HP will begin phasing out off-the-shelf CD-RW (CD-rewriteable) drives as the company begins a shift toward more expensive and possibly more lucrative recordable DVD drives. HP aggressively pursued CD-RW technology from the beginning and has profited as consumers scooped up PCs that can help write data onto disks. HP's leading presence in the CD-RW market, however, was not enough for it to continue sales of external and internal CD-RW drives.
By the early part of next year, HP expects to phase out off-the-shelf sales of all its external and internal CD-RW drives, but it will continue to make CD-RW drives available in its Pavilion desktops. In the place of CD-RW, the company will instead push its DVD+RW drives, available starting in a few days and priced at US$599, according to HP.
"With some of the traditional low-cost manufactures such as Samsung and others getting more aggressive in the market, margins are really going down on CD-RW, and demand has dropped quite a bit too," said Wolfgang Schlichting, research manager for removable storage at International Data Corp. "It's not as profitable of a business for HP as it used to be."
Consumer demand, not cost, is pushing the move, as users are always looking for the next best technology, according to HP.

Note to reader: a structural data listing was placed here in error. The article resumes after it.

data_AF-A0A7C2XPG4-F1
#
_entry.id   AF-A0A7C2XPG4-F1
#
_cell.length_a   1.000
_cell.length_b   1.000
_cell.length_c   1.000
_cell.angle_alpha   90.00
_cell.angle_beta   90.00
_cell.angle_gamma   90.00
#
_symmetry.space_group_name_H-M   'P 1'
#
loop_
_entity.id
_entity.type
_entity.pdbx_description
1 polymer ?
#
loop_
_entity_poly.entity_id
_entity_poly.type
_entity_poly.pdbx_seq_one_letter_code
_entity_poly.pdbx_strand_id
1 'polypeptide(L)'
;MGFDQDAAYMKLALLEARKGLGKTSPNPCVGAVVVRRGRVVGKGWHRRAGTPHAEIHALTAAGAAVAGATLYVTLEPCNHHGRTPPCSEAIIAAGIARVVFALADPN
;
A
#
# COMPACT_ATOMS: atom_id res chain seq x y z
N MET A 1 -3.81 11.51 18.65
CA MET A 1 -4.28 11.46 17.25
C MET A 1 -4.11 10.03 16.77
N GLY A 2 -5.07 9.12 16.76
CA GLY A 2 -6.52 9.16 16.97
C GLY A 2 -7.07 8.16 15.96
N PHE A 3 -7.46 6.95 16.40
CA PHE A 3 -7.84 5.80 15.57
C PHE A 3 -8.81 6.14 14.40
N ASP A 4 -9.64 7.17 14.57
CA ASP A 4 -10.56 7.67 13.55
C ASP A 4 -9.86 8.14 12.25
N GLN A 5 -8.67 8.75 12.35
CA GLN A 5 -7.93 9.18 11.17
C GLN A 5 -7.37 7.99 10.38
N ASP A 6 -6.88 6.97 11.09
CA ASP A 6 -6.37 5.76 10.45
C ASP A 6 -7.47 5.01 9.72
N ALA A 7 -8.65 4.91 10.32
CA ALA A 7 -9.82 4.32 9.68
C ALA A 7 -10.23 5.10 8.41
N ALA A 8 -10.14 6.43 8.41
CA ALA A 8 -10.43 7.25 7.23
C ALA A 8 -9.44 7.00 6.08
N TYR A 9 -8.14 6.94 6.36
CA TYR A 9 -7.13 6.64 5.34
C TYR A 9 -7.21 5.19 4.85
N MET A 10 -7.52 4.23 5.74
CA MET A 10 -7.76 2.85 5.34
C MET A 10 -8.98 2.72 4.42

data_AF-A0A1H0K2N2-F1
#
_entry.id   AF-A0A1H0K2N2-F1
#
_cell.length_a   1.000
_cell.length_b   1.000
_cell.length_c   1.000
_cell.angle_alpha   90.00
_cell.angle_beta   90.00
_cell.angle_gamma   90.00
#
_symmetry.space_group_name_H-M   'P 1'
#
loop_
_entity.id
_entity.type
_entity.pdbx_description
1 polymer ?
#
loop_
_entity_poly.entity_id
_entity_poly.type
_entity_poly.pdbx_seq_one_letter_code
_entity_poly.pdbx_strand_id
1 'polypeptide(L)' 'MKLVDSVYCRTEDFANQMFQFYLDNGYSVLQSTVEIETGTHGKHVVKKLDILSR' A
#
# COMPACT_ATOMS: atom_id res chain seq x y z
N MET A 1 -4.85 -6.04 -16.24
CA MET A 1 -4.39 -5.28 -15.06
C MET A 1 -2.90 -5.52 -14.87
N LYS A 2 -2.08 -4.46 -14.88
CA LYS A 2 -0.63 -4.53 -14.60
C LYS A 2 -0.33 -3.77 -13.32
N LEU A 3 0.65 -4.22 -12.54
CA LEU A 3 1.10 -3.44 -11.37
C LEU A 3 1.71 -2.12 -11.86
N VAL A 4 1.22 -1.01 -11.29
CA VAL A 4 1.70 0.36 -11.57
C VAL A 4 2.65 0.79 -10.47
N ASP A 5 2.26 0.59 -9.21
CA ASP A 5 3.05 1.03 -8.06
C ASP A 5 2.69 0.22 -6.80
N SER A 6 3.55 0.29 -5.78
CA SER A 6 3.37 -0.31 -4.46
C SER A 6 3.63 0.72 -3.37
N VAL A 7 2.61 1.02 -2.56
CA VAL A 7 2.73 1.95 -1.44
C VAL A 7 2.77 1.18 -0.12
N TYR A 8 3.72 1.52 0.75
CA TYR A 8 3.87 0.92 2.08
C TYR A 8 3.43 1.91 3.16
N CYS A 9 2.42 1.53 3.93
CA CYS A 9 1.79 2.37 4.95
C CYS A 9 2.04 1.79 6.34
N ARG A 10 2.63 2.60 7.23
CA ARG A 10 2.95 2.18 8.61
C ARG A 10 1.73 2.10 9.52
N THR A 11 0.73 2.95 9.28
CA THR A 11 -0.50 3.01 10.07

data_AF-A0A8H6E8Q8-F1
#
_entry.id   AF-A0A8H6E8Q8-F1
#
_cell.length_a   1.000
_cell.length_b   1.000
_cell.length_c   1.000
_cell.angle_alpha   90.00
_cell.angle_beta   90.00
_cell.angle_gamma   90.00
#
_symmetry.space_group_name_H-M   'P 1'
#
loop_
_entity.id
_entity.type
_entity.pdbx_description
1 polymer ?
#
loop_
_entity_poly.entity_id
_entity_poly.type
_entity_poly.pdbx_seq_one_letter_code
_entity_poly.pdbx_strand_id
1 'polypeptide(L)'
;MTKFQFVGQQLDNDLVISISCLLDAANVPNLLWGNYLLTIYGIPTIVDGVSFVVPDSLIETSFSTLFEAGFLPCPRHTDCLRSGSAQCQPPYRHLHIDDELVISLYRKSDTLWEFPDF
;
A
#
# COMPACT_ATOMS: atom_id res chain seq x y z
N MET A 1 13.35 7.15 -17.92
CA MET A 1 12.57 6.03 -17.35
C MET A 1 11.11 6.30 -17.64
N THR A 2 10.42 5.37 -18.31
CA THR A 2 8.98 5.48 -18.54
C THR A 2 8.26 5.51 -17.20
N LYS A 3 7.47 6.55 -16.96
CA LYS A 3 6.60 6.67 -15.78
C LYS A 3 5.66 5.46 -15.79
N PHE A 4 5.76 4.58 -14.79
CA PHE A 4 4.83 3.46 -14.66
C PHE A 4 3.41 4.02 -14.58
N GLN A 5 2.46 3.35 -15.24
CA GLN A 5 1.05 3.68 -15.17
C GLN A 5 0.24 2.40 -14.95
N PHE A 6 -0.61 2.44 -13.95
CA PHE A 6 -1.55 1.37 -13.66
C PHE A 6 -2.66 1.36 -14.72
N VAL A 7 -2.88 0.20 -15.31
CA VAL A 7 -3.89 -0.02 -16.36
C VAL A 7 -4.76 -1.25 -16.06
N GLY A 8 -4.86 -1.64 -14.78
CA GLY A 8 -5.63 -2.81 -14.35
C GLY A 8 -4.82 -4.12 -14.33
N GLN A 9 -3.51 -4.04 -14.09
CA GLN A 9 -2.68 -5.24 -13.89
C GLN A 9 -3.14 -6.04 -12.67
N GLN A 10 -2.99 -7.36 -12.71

"It is very clear that our customers are ready to move on to new technologies," said John Spofford, vice president and general manager of consumer entertainment solutions at HP.
HP will release a DVD+RW drive in the "next few days" that can be purchased for $599, Spofford said. The company then plans to launch a Pavilion with the drive built-in by year's end.
Although consumers were somewhat reluctant to adopt CD-RW at first, users appear ready to embrace a technology that will allow them to put content such as home movies on a DVD.
"We are already over the hump of conceptually understating what writing to optical media means," Spofford said. "What DVD+RW brings is the ability to write video, and people are ready for that."
Unlike home movies stored on tapes, which degrade in about 15 years, videos stored on a DVD will last from 80 years to 100 years, Spofford said.